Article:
Jessy Carrara, owner of LightGarden Glass Art, looks through one of her creations. - Jim Craven

Home Grown: LightGarden Glass Art

Editor's note: This is one in a weekly series of profiles on locally owned and operated businesses in Southern Oregon.

What do you do and how long have you been doing it? (Jessy speaking) We sell supplies and glass for stained glass, fused glass and mosaics. We do classes and provide architectural and clear glass for cabinet panels and mirrors for cabinets. We also do custom commissions. If people give us an idea, I can draw and design it. We started this as a side business 25 years ago and opened a retail shop five years ago.

How long have you lived in the Rogue Valley? I've lived here since 1967, moving here from Huntington Beach, Calif., and Rick moved up from San Francisco in 1977.

What inspired you to go into this line of work? I've always done art and dabbled in glass before I knew what I was doing and did some etching. I had a bookkeeping business and was tired of being locked in an office all day and night. I had always loved the patterns, would draw pictures and loved doing it. Once I started, there wasn't any doubt in my mind that's what I wanted to do.

What decision or action would you change if you could do it again? When going into something like stained glass, it's an iffy proposition. I think we have a solid base now. If we would have gone out and opened a store, we probably wouldn't have been in business very long. Any time you work at a home business you're under the radar, no matter how much you market yourself. I did the Zion Lutheran Church windows on Fourth and Oakdale. People would read it in the paper, but it was still out of sight, out of mind. We were still looking for our next commission after that exposure. Trying to make glass understandable and affordable for people is hard. Our Web site was really instrumental in getting people to know about us. We've had our Web site up since 1999 and that's really helped. They can see your work and home studio.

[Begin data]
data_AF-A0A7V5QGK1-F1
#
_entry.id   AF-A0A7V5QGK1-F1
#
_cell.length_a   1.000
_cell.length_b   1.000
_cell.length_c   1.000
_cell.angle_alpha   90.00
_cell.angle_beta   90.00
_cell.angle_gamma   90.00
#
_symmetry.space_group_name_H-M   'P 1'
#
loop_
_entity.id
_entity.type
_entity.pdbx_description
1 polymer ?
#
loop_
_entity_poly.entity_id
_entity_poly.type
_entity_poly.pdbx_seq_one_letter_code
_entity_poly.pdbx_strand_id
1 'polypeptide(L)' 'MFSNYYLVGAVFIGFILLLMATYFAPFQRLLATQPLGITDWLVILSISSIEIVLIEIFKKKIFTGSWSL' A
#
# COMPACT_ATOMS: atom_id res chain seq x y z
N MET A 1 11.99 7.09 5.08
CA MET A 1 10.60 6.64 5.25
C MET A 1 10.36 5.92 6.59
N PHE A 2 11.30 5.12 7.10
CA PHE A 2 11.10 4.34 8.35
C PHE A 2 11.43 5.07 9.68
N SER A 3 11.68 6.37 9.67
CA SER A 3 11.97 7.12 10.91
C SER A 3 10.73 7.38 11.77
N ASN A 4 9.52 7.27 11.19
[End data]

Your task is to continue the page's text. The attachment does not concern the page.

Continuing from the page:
What's the toughest business decision you've made? Opening a retail shop. We had thought about it for a long time. People had been asking for us to hold classes, and having classes at home meant having people around all hours of the day. Things culminated, and we could see we were ready to branch out. People need to feel like they are in an artist studio. By moving into a retail location, we have a nice, large, back room and people can spread out and get into what they're doing.

Who are your competitors? Our toughest competitors are online. They come out with these great deals and what they can do for you. But they don't mention boxing charges, handling charges and you really don't get service like you do when you walk into the store and say, 'How do I do this?' Delphi Stained Glass Supplies in Lansing, Mich.

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